2.Aggarwal SK, Reddy BS, Bhalla P, Kaur H. Utility of direct fluorescent antibody test for detection of Chlamydia trachomatis and its detection in male patients with non-gonococcal urethritis. Indian J Dermatol Venerol Leprol 2003;69:144-7.  Back to cited text no. 2
    
3.Vincellette J, Schirm J, Bogard M. Multicenter evaluation of the fully automated COBAS AMPLICOR PCR test foe detection of Chlamydia trachomatis in urogenital specimens. J Clin Microbiol 1999;37:74-80.  Back to cited text no. 3
    
4.George AJ, Thyagrajan S. Evaluation of diagnostic efficacy of PCR methods for Chlamydia trachomatis infection in genital and urine specimens of symptomatic men and women in India. Jpn J Infect Dis 2003;56:88-92.  Back to cited text no. 4
    
5.Thejls H, Gnarpe J, Gnarpe H. Expanded gold standard in the diagnosis of Chlamydia trachomatis in a low prevalence population: Diagnostic efficacy of tissue culture, direct immunofluorescence, enzyme immunoassay, PCR and serology. Genitourin Med 1994;70:300-3.  Back to cited text no. 5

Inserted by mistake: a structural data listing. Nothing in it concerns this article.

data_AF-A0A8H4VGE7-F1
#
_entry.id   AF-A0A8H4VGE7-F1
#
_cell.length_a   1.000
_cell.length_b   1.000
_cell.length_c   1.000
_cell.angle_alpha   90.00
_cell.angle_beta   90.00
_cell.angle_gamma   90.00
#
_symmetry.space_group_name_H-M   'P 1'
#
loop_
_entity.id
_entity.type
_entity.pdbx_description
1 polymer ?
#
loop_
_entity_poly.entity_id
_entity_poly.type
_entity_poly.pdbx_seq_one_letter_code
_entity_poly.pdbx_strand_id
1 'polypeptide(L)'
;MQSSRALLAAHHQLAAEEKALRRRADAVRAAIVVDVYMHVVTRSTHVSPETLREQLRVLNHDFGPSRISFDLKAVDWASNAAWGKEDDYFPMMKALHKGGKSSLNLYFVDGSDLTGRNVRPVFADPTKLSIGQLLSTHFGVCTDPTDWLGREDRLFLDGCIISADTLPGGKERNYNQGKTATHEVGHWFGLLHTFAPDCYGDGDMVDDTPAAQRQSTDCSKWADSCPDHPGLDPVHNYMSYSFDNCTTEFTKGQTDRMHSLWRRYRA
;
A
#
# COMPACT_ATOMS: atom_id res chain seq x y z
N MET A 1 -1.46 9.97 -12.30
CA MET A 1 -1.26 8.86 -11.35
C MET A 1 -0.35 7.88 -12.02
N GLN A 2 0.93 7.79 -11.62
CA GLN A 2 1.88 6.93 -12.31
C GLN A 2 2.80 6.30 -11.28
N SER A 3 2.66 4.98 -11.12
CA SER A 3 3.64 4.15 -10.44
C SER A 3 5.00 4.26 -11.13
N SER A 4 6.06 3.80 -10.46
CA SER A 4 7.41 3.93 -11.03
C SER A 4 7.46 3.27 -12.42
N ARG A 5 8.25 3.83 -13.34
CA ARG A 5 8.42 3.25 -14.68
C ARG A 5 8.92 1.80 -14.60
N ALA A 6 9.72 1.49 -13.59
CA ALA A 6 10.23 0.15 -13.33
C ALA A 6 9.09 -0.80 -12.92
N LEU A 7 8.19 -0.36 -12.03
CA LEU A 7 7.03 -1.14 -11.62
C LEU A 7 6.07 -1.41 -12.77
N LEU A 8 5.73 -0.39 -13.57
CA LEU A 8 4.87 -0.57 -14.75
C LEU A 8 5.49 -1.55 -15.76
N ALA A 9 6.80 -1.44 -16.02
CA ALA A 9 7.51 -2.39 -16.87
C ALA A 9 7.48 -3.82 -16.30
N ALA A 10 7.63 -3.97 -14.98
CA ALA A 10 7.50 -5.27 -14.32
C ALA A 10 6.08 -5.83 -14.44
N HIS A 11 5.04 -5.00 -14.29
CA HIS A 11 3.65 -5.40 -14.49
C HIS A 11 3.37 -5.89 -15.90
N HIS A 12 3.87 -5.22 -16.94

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6.Smith JW, Rogers RE, Katz BP, Brickler JF, Lineback PL, VanderPol B, et al. Diagnosis of Chlamydial infection in women attending antenatal and gynaecology clinics. J Clin Microbiol 1987;25:868-72.  Back to cited text no. 6
    
7.Thomas B, MacLeod E, Hay P, Horner P, Taylor-Robinson D. Limited value of two widely used enzyme immunoassays for detection of Chlamydia trachomatis in women. Eur J Clin Microbiol Infect Dis 1994;13:651-5.  Back to cited text no. 7
    
8.Clarke L, Sierra M, Diadone BJ, Lopez N, Covino JM, McCormack W. Comparison of the Syva Microtrak enzyme immunoassay and Gen-Probe PACE 2 with cell culture for diagnosis of cervical Chlamydia trachomatis infection in a high-prevalence female population. J Clin Microbiol 1993;31:968-71.  Back to cited text no. 8
    
9.Palyekar VV, Joshi J, Hazari K, Shah R, Chitlange S. Comparison of four nonculture diagnostic tests for Chlamydia trachomatis infection. J Assoc Physicians India 2000;48:481-3.  Back to cited text no. 9